I still remember when, shortly after moving into our ward, my good friend Melody was approached by a sister in the ward regarding some enrichment activity. Apparently the woman had mistaken her for another single sister who lived a few houses down the street. As Melody kindly straightened her out the woman abruptly said, “Oh. You’re the other one.”
Over the past few years, since they’ve really been emphasizing that you should only be bearing brief testimonies about the five key points of the gospel, I have more or less stopped bearing my testimony. I’m not sure who would want to hear me go up to the pulpit and recite a list of five …
I still remember how excited I was when we moved out of the dark basement apartment in my single cousin’s bachelor pad and into our first home. It was a hole (a tiny one at that). But it was in a nice neighborhood, close to my husband’s school, and it was ours.
Our new ward was so great. They knew all about us and had our names and pictures in the ward directory before we even closed on the house. We quickly became the new “it” couple and even though we had two young children we were immediately put right to work in the very large and involved Young Men and Young Women programs. There was only one problem.
The global economy is in the toilet. A close relative of mine is looking at being laid off just before the holidays. My friends whose husbands are contractors were turning work away just six months ago. Now their work–and thus their livelihoods–have slowed to a trickle. I’m sure this Segullah reader isn’t the only one who is taking a cold hard look at what lies ahead and considering changing up the game plan. (In fact, I recently learned that higher ed enrollment rose almost 10 percent locally in recent months.) She would love to hear your suggestions, things you’ve maybe learned the hard way, as well as your success stories.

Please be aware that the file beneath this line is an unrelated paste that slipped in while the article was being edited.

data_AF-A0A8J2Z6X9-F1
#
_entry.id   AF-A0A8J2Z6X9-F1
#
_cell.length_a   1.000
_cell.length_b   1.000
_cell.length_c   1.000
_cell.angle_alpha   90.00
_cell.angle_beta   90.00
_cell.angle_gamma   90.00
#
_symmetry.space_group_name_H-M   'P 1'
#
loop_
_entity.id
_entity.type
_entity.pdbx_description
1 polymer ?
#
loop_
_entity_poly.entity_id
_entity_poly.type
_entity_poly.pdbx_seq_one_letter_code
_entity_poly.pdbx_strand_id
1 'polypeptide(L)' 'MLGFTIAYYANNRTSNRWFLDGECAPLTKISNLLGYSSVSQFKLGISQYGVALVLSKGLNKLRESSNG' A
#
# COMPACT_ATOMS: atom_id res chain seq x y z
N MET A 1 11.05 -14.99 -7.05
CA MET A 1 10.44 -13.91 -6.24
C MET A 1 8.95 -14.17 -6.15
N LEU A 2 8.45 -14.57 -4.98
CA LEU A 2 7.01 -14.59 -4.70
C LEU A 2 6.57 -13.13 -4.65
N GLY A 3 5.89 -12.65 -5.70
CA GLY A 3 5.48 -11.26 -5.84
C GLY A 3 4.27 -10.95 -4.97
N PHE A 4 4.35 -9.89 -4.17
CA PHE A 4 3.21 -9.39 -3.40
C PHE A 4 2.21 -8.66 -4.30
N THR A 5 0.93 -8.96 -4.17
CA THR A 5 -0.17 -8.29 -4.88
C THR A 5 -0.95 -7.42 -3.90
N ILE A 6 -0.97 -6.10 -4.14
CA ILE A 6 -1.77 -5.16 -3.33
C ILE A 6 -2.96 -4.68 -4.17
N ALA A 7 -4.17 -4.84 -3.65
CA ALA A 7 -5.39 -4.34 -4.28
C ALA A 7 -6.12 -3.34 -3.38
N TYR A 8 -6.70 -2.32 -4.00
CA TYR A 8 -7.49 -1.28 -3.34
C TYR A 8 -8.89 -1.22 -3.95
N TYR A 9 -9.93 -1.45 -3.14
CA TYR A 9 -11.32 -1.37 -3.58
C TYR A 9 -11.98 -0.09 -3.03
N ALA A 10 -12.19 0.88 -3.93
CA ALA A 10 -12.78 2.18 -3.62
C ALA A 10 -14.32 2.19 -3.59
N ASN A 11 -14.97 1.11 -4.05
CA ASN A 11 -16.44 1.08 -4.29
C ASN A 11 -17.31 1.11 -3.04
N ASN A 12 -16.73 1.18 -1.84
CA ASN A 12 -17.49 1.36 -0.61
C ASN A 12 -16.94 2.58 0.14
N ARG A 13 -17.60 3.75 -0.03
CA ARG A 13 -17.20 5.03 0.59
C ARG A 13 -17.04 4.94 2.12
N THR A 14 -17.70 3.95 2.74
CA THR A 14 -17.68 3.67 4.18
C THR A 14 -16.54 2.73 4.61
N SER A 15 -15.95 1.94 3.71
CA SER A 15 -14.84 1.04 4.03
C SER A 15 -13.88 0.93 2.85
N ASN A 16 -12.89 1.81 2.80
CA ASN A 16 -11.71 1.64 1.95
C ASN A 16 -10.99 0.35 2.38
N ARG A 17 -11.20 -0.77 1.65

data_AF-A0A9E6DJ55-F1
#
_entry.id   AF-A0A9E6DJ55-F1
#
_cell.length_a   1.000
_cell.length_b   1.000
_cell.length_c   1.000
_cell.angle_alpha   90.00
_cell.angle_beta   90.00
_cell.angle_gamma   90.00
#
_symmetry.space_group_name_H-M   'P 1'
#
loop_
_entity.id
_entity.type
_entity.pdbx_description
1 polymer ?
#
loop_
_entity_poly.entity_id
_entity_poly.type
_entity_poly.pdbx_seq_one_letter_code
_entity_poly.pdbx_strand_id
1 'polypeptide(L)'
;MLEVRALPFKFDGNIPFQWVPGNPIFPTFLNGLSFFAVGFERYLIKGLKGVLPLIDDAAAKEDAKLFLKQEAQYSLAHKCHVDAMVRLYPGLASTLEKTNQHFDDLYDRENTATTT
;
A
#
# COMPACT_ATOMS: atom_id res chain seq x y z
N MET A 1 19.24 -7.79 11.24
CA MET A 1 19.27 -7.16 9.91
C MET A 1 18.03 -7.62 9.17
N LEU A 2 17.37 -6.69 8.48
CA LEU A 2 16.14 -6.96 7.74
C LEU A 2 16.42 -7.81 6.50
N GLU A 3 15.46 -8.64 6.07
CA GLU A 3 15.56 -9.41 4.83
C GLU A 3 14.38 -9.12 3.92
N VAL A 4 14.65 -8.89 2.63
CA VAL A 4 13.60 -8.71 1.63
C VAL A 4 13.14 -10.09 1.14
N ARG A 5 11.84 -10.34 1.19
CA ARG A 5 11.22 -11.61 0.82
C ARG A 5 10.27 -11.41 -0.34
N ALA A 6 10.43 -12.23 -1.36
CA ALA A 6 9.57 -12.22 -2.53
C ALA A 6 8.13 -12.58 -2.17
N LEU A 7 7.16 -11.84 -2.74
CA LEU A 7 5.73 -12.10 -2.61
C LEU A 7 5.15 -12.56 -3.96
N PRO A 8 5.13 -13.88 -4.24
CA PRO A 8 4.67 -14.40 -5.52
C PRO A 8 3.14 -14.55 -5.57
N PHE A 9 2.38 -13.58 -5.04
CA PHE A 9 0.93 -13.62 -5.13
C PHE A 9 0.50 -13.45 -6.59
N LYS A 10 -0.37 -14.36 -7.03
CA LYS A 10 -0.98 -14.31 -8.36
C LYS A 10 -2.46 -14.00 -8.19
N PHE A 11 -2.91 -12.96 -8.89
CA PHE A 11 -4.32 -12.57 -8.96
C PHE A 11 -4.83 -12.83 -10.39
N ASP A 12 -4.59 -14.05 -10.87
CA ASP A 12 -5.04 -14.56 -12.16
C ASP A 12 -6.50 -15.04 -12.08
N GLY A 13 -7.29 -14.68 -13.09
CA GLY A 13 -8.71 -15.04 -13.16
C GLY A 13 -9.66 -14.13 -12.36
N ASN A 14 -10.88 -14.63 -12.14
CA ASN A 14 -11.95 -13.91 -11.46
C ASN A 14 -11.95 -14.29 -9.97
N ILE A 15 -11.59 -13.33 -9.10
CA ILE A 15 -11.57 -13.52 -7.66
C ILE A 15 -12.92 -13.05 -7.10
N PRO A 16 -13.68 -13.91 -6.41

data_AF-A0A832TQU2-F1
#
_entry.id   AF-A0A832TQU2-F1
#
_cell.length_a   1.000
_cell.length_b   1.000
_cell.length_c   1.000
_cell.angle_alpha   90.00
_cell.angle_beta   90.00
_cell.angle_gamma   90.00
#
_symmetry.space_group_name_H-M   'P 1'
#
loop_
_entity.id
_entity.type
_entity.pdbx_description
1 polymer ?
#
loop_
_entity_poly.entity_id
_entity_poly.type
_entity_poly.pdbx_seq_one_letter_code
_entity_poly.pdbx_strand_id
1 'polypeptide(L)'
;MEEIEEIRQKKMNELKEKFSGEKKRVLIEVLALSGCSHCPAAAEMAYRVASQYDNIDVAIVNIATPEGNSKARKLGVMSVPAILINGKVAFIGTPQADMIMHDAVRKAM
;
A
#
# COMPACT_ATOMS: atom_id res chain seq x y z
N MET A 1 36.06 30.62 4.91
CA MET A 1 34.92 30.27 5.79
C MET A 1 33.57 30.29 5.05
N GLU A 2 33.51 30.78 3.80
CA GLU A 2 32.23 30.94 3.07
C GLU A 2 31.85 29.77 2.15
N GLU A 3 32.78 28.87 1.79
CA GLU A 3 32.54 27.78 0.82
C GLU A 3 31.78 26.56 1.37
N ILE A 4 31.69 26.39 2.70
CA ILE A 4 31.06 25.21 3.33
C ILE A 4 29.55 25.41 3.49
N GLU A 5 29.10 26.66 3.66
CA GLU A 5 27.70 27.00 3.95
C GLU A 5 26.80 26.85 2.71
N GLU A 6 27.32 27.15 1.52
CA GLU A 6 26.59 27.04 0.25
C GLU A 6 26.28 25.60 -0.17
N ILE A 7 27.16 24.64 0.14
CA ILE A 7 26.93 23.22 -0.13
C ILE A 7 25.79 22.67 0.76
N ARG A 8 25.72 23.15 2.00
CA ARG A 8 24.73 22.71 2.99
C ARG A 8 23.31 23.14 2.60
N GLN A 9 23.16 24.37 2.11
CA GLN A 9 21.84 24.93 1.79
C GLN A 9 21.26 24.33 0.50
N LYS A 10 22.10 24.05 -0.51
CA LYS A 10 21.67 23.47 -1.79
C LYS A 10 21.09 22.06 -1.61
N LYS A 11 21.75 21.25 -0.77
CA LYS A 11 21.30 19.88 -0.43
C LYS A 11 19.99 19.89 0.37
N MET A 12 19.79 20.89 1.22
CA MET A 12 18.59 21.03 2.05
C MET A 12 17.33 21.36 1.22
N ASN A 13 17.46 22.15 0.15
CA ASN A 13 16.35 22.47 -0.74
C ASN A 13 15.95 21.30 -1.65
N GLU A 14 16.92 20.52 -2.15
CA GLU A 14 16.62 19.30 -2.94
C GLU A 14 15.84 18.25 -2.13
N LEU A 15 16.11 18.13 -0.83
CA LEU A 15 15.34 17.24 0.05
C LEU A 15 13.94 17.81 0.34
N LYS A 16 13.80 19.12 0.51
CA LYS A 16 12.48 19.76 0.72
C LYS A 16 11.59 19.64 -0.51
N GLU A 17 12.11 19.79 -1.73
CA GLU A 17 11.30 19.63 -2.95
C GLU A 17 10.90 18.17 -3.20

My husband and I are in our late 30s with four children. I’m a SAHM and my husband works as an aircraft mechanic. Things aren’t going well at work, and his efforts to find a new job these last months have proved fruitless.
Today’s two-part discussion for Ask Nine Women comes from another anonymous reader (or two). But it could have come from anyone. Isn’t that the beauty of it? My mother would probably be horrified, but when I think back on the family dinners I knew as a child, I remember one pound of ground beef magnified …
Want to bring something to the table to discuss? Please suggest topics via e-mail to askninewomenATgmailDOTcom. Submissions are chosen at random. Today’s question comes from an anonymous reader who writes: I’ve been married 15 years and throughout those years we’ve had family scripture reading and family prayer at dinner, attended church faithfully and served in …
Want to bring something to the table to discuss? Please suggest topics via e-mail to askninewomenATgmailDOTcom. Submissions are chosen at random.
Today’s question comes from Tonya, who is, I know, not the only one with mixed feelings about Relief Society–the meeting, not the program. Thanks Tonya!
Yesterday at a family dinner my sister asked me if I went to Relief Society. I said yes, but I don’t love it. That led to quite the discussion. It seems in her ward MANY active women, who should be going, don’t. I said it was about the same in my ward. I certainly struggle with staying for all three hours. I know I should, and now that I have two older daughters in with me, I feel like I need to set the example. But I can’t say I’m happy about it.
Wanted: More reader submissions for Ask Nine Women. Please submit yours at askninewomenATgmailDOTcom. Today’s question for Ask Nine Women comes from Wendy, who writes the following: I need to hear some experiences or insight into the difference between the Gift of the Holy Ghost that LDS are given and the influence of the Holy Ghost. …
Wanted: More reader submissions for Ask Nine Women. Please submit yours at askninewomenATgmailDOTcom.
The food flashbacks triggered by both posts reminded me of many a time I sat alone at the dinner table–hours after everyone else had gone off to play–trying to gag down a serving of cold liver and onions, because I wasn’t allowed to leave the table until I had cleaned my plate. The clean-plate rule is one of the parenting tricks I abandoned when I became a mother. But I find it interesting that one of my siblings–who surely hated that rule as much as I did when we were children–has established a similar rule for her own children.
Last week I went to the grocery store and while I was casually meandering past the aisle of rice and beans I got quite a shock.
The rice row was completely empty.